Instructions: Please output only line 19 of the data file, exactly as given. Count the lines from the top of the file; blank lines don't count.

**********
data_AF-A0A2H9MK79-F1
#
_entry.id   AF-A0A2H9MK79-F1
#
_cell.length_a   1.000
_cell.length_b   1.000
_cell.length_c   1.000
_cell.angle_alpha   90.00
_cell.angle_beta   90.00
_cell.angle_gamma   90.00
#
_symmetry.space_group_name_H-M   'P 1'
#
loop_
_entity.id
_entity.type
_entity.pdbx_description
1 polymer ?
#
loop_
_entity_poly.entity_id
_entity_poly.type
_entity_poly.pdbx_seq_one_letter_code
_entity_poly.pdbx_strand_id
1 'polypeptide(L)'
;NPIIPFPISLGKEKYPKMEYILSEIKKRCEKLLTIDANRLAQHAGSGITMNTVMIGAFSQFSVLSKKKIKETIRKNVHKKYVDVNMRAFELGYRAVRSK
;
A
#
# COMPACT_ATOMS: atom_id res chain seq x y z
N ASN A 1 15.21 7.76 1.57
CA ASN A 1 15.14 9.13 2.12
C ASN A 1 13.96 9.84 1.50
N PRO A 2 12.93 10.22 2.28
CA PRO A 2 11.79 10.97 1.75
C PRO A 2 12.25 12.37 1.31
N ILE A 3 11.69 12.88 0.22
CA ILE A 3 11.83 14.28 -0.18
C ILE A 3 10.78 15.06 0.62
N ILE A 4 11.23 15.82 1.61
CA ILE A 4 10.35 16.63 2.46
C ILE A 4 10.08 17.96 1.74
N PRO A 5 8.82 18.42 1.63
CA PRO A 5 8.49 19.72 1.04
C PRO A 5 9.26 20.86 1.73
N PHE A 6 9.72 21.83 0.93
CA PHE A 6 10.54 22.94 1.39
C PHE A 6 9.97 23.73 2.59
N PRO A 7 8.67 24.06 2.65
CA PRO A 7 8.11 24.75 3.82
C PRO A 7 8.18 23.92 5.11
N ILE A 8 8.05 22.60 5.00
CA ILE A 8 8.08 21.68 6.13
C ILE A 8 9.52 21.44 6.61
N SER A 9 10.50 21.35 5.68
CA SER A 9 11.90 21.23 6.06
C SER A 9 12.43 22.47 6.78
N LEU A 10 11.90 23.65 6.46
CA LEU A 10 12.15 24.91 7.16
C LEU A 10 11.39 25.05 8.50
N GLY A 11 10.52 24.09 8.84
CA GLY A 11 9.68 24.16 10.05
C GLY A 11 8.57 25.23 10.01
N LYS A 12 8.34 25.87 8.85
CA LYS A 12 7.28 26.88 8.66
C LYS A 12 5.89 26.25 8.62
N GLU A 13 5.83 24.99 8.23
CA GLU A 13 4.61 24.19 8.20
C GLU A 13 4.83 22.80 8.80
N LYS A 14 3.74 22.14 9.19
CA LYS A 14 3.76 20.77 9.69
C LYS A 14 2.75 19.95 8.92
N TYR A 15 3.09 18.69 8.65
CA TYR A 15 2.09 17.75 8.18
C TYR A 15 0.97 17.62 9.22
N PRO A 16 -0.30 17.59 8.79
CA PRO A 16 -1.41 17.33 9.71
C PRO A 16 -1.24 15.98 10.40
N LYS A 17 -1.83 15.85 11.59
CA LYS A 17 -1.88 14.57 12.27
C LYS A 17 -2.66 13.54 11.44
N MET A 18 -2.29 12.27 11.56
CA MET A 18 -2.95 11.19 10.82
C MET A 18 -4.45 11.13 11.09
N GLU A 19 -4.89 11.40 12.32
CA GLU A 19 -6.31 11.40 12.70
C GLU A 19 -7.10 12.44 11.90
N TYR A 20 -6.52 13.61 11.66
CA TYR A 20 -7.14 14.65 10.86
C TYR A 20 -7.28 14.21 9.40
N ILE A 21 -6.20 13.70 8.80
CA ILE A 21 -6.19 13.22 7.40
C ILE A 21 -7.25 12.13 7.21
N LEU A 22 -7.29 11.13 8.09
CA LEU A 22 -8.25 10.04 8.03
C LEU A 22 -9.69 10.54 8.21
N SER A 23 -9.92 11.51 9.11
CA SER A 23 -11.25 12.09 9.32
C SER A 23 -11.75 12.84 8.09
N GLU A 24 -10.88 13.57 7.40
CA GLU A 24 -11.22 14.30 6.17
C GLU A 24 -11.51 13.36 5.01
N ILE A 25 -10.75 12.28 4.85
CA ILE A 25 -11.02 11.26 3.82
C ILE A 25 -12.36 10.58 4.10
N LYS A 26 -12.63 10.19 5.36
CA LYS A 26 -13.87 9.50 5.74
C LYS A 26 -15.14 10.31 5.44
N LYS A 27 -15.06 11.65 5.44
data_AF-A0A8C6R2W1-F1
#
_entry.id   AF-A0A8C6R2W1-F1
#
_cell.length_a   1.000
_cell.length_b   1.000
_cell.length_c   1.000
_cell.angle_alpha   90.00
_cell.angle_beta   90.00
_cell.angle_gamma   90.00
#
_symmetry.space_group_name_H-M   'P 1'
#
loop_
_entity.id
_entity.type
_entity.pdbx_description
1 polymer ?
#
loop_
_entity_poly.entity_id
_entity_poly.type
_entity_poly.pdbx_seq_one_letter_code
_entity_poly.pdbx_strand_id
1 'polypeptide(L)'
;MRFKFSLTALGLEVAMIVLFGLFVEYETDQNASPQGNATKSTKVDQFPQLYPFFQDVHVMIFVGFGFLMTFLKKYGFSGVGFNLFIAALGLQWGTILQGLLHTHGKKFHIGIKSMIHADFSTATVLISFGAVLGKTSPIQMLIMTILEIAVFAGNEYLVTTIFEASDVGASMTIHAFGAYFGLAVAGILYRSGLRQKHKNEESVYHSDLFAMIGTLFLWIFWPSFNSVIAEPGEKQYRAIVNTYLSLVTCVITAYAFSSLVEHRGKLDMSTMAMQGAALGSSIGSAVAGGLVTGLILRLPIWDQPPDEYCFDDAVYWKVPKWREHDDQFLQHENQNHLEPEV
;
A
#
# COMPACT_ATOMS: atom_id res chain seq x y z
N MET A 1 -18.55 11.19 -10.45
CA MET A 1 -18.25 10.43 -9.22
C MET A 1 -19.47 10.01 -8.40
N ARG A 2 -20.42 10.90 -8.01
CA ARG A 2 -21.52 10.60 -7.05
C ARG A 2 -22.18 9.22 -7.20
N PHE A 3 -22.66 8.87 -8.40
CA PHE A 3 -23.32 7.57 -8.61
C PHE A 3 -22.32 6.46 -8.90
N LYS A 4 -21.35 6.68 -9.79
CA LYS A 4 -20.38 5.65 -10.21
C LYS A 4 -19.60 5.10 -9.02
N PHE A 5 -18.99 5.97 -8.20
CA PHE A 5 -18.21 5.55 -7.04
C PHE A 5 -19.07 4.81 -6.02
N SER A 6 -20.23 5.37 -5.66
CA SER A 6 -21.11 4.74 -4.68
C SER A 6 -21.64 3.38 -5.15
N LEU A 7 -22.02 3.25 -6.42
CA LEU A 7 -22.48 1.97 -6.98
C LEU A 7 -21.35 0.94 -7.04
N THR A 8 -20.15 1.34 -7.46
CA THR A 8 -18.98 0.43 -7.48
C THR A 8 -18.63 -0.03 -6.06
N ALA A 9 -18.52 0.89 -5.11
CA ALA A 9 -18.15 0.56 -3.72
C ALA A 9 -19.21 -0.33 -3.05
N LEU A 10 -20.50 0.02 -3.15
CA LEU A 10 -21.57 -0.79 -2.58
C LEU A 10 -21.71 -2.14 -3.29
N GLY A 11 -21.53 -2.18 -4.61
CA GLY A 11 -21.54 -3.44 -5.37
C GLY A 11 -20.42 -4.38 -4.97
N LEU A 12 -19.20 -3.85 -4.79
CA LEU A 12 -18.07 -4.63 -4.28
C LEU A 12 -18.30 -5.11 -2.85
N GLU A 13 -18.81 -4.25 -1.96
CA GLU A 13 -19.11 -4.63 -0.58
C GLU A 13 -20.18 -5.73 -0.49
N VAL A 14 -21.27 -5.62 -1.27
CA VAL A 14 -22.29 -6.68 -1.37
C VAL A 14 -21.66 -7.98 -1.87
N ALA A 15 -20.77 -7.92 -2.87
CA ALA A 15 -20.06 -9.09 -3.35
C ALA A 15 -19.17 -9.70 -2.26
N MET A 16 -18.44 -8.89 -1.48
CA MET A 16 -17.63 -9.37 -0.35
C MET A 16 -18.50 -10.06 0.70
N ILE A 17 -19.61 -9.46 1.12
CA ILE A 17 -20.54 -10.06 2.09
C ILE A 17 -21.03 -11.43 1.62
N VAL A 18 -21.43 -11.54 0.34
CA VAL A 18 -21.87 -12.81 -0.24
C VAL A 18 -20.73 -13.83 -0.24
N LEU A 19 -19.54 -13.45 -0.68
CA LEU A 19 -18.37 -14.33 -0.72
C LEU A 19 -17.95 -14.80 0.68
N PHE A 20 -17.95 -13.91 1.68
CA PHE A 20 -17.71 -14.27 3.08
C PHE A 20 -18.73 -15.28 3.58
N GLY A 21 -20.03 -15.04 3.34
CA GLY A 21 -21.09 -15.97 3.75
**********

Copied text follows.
#